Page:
In 2013, the Rum Refinery of Mount Gay ran into financial troubles and closed for a bit. Many press pieces erroneously reported that the Mount Gay brand was going under, which wasn’t the case–owner Rémy Cointreau had plenty of aged stock to work with. Nonetheless, in 2014 the Rum Refinery of Mount Gay was sold to Rémy Cointreau, thus giving them control of the entire Mount Gay supply chain. More recently the company acquired the Oxford Plantation, which was an original part of the Mount Gay holdings.
In 2017, another French company entered the Barbados rum story in a big way. After many years as a customer of West Indies, Maison Ferrand, parent company of Plantation Rum, purchased the distillery from Goddard Enterprises, the majority owner. Since Goddard also owned a one-third share of National Rums of Jamaica (including the Long Pond and Clarendon distilleries), Maison Ferrand assumed that ownership stake as well, providing a significant foothold in the Caribbean.
Barbados Rum Distilleries Today
Today on Barbados, four distilleries are operating – two locally owned, and two owned by French companies.
West Indies Rum Distillery – The largest distillery on the island, by far. Owned by Maison Ferrand. Data I’ve seen suggests it holds 82 percent of the island’s distilling capacity.
Mount Gay Rum Distillery – Owned by Rémy Cointreau. It represents somewhere around ten percent of the island’s capacity. However, in terms of aging stock it holds a much larger share (approximately 45,000 casks), which I’m told is the largest on the island.
Foursquare Rum Distillery – Independently owned by the Seale family (R.L. Seale & Co.). Reports are that its production capacity and aging stock are in the same neighborhood as Mount Gay’s, approximately 40,000 casks.
St. Nicholas Abbey – Owned by the Warren family. Its capacity isn’t well known, but it is assuredly a very tiny fraction of the other distilleries’ capacity and stock.
In terms of visiting the facilities, only Foursquare and St. Nicholas Abbey are currently open for public tours. If you have the right connections, you may be able to land a private tour at Mount Gay or West Indies Rum Distillery. I’m told that Mount Gay plans to do small group tours of the distillery on a limited basis in early 2019. Be aware that the Mount Gay visitor’s center in Bridgetown is not the distillery.
Barbados Blenders Of The Past
In 1906, a Barbados law forbade distilleries from selling rum in quantities less than ten gallons. Certainly not consumer friendly! This law helped usher in an era of Barbados blenders, buying bulk rum from distilleries, then blending, bottling, and selling to consumers.
These blenders were typically merchants who sold a variety of goods in a market setting. The rums they sold were sold under their own house brand name. As you’ll see below, some of these names live on today, despite a change in who makes them.
Interestingly, the rums being made by Barbados blenders eighty years ago appear to have been very different than what’s expected of Barbados rum today, i.e. straightforward, unadulterated rum. In his 1937 Foreign and Domestic Rum, U.S. Treasury chemist Peter Valaer describes it:
There is a tendency to remove as much as possible of the original character due to fermentation of cane products and substitute a new character with added ingredients. The analysis of true Barbados rum is not shown, but a formula of well-known brands consists of a mixture of distilled molasses spirit varying in proof from 145″ to 190°, sherry, Madeira or other wines, often spirits of niter, bitter almonds, and raisins.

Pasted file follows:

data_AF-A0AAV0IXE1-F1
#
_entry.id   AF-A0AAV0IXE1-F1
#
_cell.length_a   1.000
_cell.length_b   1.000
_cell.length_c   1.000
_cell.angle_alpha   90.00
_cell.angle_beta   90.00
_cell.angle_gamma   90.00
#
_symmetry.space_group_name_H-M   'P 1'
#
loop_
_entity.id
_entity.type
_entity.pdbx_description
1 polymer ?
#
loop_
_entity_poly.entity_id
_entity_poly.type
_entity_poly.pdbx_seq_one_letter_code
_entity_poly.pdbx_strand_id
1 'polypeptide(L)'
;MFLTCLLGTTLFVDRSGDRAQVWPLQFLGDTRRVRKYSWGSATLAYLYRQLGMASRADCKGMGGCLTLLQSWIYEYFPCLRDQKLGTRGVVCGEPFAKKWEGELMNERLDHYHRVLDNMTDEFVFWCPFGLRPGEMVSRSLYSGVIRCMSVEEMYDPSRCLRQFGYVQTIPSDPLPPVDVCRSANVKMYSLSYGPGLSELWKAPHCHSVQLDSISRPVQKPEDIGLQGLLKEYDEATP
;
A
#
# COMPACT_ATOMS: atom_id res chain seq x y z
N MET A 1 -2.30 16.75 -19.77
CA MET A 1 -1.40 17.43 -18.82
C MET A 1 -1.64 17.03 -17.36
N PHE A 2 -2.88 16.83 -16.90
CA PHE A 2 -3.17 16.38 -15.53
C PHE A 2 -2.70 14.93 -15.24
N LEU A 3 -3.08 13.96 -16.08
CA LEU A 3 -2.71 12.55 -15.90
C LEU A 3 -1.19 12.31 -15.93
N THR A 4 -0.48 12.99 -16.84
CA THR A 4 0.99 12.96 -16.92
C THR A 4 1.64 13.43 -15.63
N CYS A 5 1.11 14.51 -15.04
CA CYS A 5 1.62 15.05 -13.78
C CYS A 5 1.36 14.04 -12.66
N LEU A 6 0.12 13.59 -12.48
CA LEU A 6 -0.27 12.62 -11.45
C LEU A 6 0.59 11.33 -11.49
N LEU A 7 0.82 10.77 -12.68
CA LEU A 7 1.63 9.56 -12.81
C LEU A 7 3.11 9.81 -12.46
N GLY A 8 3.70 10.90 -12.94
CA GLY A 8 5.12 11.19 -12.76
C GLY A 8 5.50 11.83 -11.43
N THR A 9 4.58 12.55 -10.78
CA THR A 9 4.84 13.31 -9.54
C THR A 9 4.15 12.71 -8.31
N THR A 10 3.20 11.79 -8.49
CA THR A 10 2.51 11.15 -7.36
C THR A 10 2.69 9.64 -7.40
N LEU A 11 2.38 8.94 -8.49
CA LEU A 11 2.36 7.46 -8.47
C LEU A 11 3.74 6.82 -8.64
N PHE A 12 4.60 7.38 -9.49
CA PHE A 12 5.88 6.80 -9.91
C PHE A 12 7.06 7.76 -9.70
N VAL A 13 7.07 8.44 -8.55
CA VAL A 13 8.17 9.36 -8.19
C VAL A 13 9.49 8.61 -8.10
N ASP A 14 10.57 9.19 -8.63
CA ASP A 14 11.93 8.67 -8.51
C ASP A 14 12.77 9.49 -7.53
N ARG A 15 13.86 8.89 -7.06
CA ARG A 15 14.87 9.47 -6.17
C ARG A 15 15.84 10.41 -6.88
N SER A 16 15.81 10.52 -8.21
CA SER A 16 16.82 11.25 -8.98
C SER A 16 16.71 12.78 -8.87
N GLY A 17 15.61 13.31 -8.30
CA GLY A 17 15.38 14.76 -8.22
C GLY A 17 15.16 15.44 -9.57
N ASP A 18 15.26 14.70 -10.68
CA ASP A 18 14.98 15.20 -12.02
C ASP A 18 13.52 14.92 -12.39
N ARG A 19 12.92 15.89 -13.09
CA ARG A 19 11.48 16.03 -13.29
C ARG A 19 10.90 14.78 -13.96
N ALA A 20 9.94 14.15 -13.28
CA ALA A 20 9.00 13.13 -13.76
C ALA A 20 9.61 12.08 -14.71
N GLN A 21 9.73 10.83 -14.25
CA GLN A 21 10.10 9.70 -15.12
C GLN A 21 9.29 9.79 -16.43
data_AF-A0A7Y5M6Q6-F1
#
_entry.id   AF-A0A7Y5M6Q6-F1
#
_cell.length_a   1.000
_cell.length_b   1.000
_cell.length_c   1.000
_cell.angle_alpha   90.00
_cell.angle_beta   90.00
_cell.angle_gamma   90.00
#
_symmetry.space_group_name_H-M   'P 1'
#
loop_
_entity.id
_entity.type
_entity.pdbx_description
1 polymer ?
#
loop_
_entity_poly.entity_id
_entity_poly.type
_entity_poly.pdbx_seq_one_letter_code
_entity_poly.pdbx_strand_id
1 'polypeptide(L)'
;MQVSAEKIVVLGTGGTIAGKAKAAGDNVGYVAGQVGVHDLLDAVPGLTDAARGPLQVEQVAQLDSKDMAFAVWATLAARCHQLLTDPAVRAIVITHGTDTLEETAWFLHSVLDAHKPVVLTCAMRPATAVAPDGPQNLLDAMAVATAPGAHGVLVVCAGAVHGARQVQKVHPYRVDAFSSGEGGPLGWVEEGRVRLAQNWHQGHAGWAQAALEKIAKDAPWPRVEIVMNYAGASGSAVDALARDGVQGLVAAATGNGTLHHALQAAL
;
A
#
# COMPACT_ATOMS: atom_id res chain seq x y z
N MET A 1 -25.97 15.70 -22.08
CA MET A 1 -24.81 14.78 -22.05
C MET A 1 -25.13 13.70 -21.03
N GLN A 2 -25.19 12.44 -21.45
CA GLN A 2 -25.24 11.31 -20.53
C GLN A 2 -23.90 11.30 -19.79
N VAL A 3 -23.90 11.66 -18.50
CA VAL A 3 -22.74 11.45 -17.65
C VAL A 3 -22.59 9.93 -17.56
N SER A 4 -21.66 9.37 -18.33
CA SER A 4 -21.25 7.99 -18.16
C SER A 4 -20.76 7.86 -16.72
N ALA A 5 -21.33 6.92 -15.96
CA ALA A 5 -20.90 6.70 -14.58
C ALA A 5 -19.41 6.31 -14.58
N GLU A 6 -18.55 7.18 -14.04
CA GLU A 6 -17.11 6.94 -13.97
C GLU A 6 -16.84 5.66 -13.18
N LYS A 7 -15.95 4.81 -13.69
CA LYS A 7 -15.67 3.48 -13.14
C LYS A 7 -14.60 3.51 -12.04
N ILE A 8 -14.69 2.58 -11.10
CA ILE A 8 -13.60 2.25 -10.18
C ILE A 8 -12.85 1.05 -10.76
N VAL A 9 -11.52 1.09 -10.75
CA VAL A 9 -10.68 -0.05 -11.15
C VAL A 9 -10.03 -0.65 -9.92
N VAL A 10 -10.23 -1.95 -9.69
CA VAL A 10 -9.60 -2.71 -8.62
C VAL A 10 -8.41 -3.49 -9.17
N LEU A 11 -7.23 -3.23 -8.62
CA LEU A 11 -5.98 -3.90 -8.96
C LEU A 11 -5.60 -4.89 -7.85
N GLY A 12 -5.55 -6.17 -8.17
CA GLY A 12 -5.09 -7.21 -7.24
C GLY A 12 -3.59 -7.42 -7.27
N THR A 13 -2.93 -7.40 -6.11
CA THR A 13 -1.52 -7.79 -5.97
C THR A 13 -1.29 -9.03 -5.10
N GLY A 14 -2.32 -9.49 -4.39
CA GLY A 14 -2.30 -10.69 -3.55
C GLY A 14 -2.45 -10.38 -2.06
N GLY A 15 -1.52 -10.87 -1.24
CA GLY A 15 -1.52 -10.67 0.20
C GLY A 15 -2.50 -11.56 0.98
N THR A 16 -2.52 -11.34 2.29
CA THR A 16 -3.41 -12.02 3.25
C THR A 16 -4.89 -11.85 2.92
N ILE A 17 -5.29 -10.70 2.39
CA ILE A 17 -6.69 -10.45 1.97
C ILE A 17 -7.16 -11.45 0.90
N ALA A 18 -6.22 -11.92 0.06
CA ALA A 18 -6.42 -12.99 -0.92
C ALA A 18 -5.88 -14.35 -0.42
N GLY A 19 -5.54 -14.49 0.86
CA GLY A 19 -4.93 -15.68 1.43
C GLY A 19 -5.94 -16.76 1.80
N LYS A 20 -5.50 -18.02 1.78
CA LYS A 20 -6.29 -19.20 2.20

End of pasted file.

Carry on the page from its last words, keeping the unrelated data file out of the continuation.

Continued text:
Seale commented on these practices in a March 2018 PUNCH story:
“In the early days […] lots of additives were in play for local brands,” he says. “When we acquired the Doorly’s brand and learned the formulas, I was very influenced by the discovery that Doorly’s was pure.”
Barbados Brands Today
As of 2018, the operating Barbados rum distilleries are the following:
Foursquare Rum Distillery
Besides the eponymous Foursquare brand and its Exceptional Cask series, the distillery also makes and sells the following brands directly:
- R.L. Seale
- E.S.A. Field
- Old Brigand
- Alleyne Arthur
- John D. Taylor (Falernum)
It bears noting that the R.L. Seale Company’s history includes acquiring the brands of other blenders. All of the above brands were once made with rum from West Indies, and possibly other plantation distilleries. According to Richard Seale, Doorly’s was known to have also sourced from Mount Gay. When the Foursquare distillery came on line, the brands transitioned to production exclusively at Foursquare.
Another well-known Foursquare rum made The Real McCoy. However, the brand is not wholly owned by R.L. Seale & Co. Rather, the brand is a partner brand and is bottled at Foursquare.
Mount Gay Distillery
As best known, the Mount Gay distillery now focuses exclusively on Mount Gay branded rum.
Historically, many brands have been made at West Indies Rum Distillery, but few have been directly associated with it.
The Cockspur brand is one example to the contrary. Goddard Enterprises, which previously owned West Indies, also owned Cockspur. Around the time that Goddard sold West Indies, it also sold the Cockspur brand, however the brand was not part of the distillery sale.
Plantation Rum has long been a customer of West Indies for its Barbados releases, although it also purchased aged stock from Foursquare. With Plantation now owning the West Indies distillery, you can expect many more Plantation expressions to have some component coming from the distillery.
St. Nicholas Abbey
With its tiny size, St. Nicholas Abbey distills for only its own St. Nicholas Abbey rums.
Both Foursquare and West Indies Rum Distillery supply bulk rums to other brands, as well as to E&A Scheer. A full accounting of every brand using distillates from these two distilleries is well beyond the scope of this article.
This concludes the (not so brief) overview of Barbados Rum. Hopefully even the hardcore rum geeks have learned a few new facts. In future stories I will explore the various distilleries and their history in much greater depth. Pour a dram and stay tuned.